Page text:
There may be very few animals that are as unique as reptiles — and their forms, behavior, and variety add to that uniqueness. But what exactly are reptiles and what kinds of reptiles are there in the animal kingdom? This article will define reptiles and give a list of reptiles, as well as explore the types and characteristics of these interesting creatures.
What Are Reptiles?
Reptiles are a class of vertebrate animals that share similar characteristics such as scaly skin, cold-bloodedness, and the ability to lay eggs. They are found in all regions of the world except for the polar and tundra regions, those of extremely low temperatures.
Reptiles are ectothermic, meaning that they depend on sunlight and heat for their metabolism and energy. It follows that most reptile species are found in warm climates with abundant sunlight, such as deserts, rainforests, and tropical regions.
Reptiles are distinguished from mammals in that they do not have hair or give birth to live young, and also are not warm-blooded. Although some reptiles live mostly in or around water, reptiles are different from amphibians in that their young do not go through metamorphic growth stages.
The earliest known reptile, Hylonomus lyelli, originated about 312 million years ago. Reptiles are closely related to birds and more distantly related to mammals.
Types of Reptiles
There are four main types of reptiles with each group containing numerous species. The groups are known as Crocodilia, Sphenodontia, Squamata, and Testudines.
The Crocodilians are a family of reptiles that consists of alligators, caimans, crocodiles, and Gavialis (gharials). The Sphenodontia are a family of reptiles that consists of two species of tuataras found in New Zealand.
The Squamata family of reptiles consists of various species of lizards, snakes, and worm lizards. The Testudines are a family of reptiles that contain turtles, terrapins, and tortoises.
List of Reptiles
List of Reptiles
- Worm Lizard
Reptiles | Facts & Pictures
Crocodiles consist of large reptiles that live partially in waters in the Americas, Australia, Africa, and Asia. They are distinguishable from alligators in that they have a V-shaped snout.
There are only two species of alligators alive today, the American alligator (Alligator mississippienis) and the Chinese alligator (Alligator sinensis). Unlike crocodiles, they have a U-shaped snout and overhanging teeth that fit into the lower jaw.
The Eastern box turtle (Terrapene carolina carolina) is just one of several (six) species of box turtle. It inhabits the eastern United States to the Great Lakes region and Texas.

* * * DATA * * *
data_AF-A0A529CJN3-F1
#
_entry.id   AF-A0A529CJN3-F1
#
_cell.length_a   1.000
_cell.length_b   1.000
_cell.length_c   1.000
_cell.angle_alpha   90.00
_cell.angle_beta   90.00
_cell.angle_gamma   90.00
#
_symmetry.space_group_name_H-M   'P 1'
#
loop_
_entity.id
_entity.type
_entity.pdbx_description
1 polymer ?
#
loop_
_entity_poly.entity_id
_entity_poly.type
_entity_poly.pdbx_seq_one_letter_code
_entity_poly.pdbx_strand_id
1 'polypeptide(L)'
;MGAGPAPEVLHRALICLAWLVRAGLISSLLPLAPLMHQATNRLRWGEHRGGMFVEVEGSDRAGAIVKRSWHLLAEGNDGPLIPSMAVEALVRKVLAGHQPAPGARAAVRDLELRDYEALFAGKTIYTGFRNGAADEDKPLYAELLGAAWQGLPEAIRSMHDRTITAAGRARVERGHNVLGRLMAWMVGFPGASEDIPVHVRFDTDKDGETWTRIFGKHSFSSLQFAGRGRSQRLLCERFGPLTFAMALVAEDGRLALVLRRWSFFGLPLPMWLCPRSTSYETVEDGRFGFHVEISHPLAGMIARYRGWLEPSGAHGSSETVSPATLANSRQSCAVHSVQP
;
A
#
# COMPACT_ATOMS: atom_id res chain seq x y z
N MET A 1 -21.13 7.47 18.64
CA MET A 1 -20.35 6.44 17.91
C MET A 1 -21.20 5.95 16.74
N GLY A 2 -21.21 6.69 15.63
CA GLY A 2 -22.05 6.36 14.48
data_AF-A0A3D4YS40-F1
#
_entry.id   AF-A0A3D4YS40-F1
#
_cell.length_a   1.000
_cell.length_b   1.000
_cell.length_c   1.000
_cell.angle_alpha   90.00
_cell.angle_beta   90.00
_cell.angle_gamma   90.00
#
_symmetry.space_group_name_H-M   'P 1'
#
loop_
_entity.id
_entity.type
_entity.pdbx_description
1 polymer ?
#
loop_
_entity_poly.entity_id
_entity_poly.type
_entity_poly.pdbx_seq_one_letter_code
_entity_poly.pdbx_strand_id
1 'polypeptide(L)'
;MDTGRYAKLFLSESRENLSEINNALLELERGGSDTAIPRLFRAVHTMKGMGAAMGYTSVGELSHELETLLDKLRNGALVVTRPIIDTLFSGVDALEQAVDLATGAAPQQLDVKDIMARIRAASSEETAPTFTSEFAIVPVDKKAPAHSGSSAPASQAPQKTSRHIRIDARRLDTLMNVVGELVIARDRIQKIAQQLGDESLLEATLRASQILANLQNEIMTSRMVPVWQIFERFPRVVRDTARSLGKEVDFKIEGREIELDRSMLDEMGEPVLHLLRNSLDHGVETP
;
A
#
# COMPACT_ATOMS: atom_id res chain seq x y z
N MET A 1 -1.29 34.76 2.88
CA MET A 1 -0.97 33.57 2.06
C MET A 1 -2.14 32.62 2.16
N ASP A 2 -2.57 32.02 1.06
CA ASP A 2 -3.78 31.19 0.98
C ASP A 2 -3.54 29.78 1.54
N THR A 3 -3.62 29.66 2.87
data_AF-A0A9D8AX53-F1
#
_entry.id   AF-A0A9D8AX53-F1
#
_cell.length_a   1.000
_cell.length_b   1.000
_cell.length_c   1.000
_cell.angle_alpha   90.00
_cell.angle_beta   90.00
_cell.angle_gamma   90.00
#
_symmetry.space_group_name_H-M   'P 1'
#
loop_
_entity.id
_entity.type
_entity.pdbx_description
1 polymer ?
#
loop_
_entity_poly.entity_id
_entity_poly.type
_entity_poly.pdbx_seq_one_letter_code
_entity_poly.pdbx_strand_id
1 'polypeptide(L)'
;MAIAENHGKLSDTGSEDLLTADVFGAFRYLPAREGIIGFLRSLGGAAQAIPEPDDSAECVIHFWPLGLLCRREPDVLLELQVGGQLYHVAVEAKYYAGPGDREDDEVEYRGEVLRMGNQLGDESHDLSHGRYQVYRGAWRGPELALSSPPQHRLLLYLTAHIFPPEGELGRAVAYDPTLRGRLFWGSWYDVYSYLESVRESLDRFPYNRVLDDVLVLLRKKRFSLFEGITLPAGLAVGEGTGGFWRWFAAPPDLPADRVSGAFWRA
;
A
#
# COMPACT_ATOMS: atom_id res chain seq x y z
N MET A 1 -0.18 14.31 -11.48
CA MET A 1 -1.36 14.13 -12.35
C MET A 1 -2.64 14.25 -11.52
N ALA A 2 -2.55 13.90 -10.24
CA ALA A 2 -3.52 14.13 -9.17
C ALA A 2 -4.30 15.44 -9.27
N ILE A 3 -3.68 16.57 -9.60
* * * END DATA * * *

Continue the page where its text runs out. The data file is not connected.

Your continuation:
The term “Terrapins” used to refer to any aquatic turtles, but now almost always refers to Malaclemys terrapin, or the Diamondback Terrapin. This species favors inland saltwater bodies of water and lives in marshes, estuaries, and lagoons.
Snakes are a group of reptiles that are notable for their lack of arms and legs. There are a total of 3,900 species of snake worldwide, inhabiting every continent except Antarctica.
Worm lizards are several species of lizard that belong to the family Amphisbaenia and have no arms or legs. Worm lizards have right lungs that are reduced in size, whereas true snakes have smaller left lungs.
The term “Tortoise” is used differently worldwide; in general, however, the category colloquially refers to slow-moving, hard-shelled, long-living species of the Testudines family. Some tortoises have been known to live for over 150 years, with records surpassing 250 years.
Caimans are smallish, short-snouted crocodilians that inhabit the Caribbean, Central, and South America. Their diet changes in composition as they age, but they can eat insects, lizards, amphibians, mammals, fish, and snakes.
The reptile group Gavialis consists of two species: the gharial (Gavialis gangeticus) and the false gharial (Tomistoma schelegelii). These species are long-snouted crocodilians that eat mostly fish, frogs, and crustaceans.
Tuataras are two species of reptiles that inhabit New Zealand and its surrounding islands. They are related to a family of reptiles that existed 200 million years ago — but whose members all but went extinct 60 million years ago.
Members of the Draco genus of reptiles are the only lizards that are known to “fly”. In actuality, they do not fly — but use their ribs (and the membrane between them) to glide from tree to tree.